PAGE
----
Morning Comets ISON, Encke And Lovejoy Heat Up, Glow Green

Comet C/2013 R1 Lovejoy, discovered last month by amateur astronomer Terry Lovejoy, glows green in this photo taken with a 12-inch telescope. The comet is currently visible in 6-inch and larger scopes in the morning sky. It may show in binoculars by month’s end. Click to enlarge. Credit: Gerald Rhemann

The color green represents hope and life. It’s also a sure sign our three morning comets are heating up and becoming more active as they approach the sun. I don’t know anyone who’s noticed the green color with their eyes looking through a telescope – the comets are all still around magnitude 10-11 and too faint to fire up our color vision – but the camera records their limey appearance with ease.

2P/Encke, which orbits the sun every 3.3 years, is a large, soft puff of light in the constellation Lynx visible in the wee hours before dawn. Glowing at magnitude 10, it will show in binoculars next month. Its coma fluoresces green from molecules released from ice vaporizing in the heat of the sun. Photo taken Sept. 30. Click to enlarge. Credit: Damian Peach

In some of the pictures you can clearly see the color difference between the comet’s tail and its fluffy coma – that’s the bulbous glow surrounding the tiny and invisible comet nucleus at the center of all the activity. Comas form tenuous, temporary atmospheres tens of thousands of miles across around the icy comet nucleus.

Comet star of the year ISON shows a beautiful green coma, bright false nucleus and pale yellow tail in the photo taken Oct. 4 from Austria by astrophotographer Gerald Rhemann. Click to enlarge.

Don’t expect to ever see a bare comet nucleus through a telescope. They’re not only very tiny, typically only a few miles across, but cloaked by dust and vapors boiled away by the sun. The closest you’ll get is the bright spot in the center of the comet called the false nucleus – a compact region where the dust and volatiles are densely concentrated around the true nucleus.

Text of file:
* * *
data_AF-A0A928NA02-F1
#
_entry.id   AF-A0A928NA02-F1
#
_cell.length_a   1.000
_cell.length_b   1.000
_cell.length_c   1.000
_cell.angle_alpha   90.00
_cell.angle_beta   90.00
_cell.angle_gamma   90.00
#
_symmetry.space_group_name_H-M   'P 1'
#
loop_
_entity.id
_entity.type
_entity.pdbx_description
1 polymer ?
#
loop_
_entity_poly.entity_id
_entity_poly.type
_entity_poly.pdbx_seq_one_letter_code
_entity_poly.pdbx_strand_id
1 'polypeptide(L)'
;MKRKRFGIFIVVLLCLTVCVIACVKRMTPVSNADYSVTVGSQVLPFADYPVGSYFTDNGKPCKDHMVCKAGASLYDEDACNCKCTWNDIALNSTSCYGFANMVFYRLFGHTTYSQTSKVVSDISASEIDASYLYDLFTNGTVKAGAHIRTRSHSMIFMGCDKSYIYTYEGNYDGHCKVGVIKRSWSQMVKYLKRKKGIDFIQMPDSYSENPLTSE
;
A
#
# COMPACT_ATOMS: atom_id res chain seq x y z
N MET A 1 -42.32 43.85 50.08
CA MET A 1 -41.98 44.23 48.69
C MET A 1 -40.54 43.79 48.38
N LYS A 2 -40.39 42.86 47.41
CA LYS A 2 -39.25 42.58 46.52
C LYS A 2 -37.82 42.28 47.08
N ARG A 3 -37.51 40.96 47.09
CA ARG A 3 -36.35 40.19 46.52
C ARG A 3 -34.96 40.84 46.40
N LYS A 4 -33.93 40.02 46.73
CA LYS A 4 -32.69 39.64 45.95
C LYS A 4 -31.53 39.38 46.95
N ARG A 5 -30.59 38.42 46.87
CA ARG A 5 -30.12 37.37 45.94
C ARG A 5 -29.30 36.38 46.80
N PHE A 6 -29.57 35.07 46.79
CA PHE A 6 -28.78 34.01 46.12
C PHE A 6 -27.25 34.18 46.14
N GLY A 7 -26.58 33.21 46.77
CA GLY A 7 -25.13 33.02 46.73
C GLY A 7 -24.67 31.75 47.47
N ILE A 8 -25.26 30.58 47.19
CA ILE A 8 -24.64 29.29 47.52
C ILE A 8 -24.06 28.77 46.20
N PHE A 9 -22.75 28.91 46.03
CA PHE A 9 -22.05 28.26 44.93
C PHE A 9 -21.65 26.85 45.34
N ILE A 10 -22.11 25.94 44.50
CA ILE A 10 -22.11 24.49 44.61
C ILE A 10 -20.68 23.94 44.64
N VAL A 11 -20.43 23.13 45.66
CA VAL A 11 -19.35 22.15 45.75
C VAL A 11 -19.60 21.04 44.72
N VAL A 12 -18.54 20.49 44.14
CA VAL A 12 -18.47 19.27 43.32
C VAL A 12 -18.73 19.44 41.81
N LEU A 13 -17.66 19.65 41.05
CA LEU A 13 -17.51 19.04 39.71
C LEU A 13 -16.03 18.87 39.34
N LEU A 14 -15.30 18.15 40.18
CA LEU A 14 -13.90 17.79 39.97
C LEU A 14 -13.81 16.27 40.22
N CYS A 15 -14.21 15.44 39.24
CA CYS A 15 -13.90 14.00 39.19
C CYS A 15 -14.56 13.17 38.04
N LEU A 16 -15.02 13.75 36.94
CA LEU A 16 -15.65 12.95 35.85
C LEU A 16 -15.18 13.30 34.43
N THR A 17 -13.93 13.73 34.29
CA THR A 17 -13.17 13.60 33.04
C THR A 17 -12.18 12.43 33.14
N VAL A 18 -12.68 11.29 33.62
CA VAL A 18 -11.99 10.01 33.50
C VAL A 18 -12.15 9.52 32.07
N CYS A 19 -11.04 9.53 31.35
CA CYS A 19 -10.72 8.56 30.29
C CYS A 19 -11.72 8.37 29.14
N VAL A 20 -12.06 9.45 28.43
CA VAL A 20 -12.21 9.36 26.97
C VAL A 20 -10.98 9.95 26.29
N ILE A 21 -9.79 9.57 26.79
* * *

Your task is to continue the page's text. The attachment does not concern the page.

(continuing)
Comet ISON again on the morning of Oct. 5. The green coma is approximately spherical with a short dust tail pointing northwest. Comet ISON glows at around magnitude 11 right now. Click to enlarge. Credit: Michael Jaeger

Tails glow pale yellow from sunlight reflecting off cigarette-smoke-sized dust particles released from vaporizing cometary ices. The Caribbean blue-green of the coma, pretty as it is, originates from toxic cyanogen (a compound related to cyanide) and diatomic carbon (two carbon atoms bonded to one another). When energized by ultraviolet light from the sun, the gases fluoresce an eye-appealing green.

Everyone’s got their eyes and cameras glued to Comet ISON. This photo was shot on Oct. 4 with a 12.5-inch (32 cm) telescope from Payson, Arizona. Click to enlarge. Credit: Chris Schur

In my experience, the eye can’t sense the green until the comets become bright enough to show in ordinary binoculars at around 7th magnitude. When viewed through 8-inch or larger telescopes the color is tantalizing, like the green and blue iridescence sometimes seen along the edges of high clouds.

Comets ISON, Encke and Lovejoy are all predicted to brighten into visible green territory come November. That’s only a few weeks today. We’ll take the good news that all three comets are on track and brightening steadily. Stay tuned for more updates. For the latest brightness predictions, check out Seiichi Yoshida’s Weekly Information About Bright Comets.

5 Responses

  1. Edward M. Boll

    Lovejoy is doing very well, now ranked above ISON in brightness. ISON is supposed to brighten 1 magnitude by Oct. 21, according to predictions.

  2. Edward M. Boll

    The Solar System looks a little bare at say, 11:30 PM, about the time I plan to go to bed. I could look at Uranus, but I am looking forward to the Moon showing itself at that time in a few days.

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